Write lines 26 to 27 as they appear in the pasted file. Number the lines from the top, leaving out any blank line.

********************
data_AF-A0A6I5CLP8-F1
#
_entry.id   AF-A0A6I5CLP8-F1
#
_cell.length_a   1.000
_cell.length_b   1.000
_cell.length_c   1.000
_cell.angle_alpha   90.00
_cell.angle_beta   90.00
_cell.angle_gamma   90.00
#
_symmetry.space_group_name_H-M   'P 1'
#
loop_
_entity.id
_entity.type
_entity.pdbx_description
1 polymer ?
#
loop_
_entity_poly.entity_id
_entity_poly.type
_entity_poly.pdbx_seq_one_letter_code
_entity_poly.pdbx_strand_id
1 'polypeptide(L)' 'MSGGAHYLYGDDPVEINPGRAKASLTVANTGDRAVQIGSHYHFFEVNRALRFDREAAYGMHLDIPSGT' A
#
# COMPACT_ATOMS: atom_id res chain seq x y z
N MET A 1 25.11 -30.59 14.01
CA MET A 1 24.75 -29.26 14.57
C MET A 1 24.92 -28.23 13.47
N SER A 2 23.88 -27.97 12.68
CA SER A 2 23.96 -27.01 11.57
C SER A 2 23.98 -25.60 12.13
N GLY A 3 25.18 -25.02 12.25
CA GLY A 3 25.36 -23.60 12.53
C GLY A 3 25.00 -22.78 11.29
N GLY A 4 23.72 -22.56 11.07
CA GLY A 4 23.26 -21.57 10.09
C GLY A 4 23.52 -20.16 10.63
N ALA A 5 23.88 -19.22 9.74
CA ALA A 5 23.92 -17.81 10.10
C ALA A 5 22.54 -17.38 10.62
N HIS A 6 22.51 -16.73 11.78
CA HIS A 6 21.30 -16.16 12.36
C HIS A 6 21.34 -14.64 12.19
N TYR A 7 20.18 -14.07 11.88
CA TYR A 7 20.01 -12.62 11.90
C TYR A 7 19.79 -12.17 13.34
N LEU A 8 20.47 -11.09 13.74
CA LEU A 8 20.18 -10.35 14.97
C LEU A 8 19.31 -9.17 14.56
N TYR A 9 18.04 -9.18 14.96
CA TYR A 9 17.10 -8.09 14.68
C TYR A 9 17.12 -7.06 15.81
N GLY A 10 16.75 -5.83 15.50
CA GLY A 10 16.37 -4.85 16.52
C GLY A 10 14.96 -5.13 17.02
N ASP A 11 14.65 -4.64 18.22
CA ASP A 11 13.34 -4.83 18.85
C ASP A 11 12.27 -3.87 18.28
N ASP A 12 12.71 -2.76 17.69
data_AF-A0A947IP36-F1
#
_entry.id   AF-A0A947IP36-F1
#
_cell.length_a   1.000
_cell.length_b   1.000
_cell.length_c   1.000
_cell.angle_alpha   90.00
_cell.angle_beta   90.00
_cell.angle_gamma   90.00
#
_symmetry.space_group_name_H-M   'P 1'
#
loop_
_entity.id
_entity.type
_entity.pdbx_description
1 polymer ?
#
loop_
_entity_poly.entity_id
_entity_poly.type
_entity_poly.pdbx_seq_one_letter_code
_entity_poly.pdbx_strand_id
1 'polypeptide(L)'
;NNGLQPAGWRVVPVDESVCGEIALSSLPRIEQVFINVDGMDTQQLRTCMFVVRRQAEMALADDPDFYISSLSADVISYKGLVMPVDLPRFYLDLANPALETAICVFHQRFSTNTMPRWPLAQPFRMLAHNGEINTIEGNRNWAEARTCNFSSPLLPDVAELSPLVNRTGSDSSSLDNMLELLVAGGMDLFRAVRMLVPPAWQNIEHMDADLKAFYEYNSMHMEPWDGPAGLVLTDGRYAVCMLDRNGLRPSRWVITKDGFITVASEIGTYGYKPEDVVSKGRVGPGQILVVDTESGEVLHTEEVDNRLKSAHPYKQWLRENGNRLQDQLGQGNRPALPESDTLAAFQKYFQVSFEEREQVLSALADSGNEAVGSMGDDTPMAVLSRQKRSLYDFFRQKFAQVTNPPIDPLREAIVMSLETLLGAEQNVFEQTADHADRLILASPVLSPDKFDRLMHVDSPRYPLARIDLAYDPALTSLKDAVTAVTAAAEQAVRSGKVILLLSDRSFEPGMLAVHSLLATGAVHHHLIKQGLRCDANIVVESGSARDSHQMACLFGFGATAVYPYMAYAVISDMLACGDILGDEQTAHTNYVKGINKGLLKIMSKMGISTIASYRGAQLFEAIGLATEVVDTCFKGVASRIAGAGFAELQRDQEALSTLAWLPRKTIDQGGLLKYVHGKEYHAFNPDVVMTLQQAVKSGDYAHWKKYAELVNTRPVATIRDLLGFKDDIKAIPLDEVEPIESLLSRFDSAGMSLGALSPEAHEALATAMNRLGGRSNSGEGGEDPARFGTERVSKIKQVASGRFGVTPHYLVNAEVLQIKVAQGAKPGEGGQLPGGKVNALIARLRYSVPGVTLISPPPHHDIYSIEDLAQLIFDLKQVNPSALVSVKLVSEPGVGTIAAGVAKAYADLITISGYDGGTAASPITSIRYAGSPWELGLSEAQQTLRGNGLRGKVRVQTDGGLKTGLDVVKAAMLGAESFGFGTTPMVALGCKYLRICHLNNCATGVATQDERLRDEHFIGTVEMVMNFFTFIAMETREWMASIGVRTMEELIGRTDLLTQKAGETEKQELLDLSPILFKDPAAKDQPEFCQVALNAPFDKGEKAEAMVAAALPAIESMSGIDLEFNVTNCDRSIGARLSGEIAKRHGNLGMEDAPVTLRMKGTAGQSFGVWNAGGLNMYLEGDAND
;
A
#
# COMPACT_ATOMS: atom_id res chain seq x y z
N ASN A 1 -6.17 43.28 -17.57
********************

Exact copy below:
#
# COMPACT_ATOMS: atom_id res chain seq x y z